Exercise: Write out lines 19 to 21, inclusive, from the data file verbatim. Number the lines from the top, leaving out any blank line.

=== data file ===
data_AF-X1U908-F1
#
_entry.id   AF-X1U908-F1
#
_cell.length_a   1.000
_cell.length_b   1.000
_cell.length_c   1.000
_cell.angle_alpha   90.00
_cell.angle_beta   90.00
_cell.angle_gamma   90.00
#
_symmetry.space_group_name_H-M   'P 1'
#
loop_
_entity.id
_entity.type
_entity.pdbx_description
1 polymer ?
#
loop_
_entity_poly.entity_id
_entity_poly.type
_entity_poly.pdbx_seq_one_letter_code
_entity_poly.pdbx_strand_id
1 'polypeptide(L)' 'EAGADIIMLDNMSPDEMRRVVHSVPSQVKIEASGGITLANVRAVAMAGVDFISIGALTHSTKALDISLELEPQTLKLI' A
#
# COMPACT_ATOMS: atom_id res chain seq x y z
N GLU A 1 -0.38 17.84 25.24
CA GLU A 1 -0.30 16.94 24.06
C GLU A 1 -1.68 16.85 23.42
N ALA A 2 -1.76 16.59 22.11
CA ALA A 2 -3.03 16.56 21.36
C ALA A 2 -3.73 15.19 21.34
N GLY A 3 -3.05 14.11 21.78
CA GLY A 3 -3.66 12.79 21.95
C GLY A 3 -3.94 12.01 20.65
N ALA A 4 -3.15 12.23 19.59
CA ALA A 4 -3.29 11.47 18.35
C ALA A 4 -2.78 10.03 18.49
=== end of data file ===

#
loop_
_entity_poly.entity_id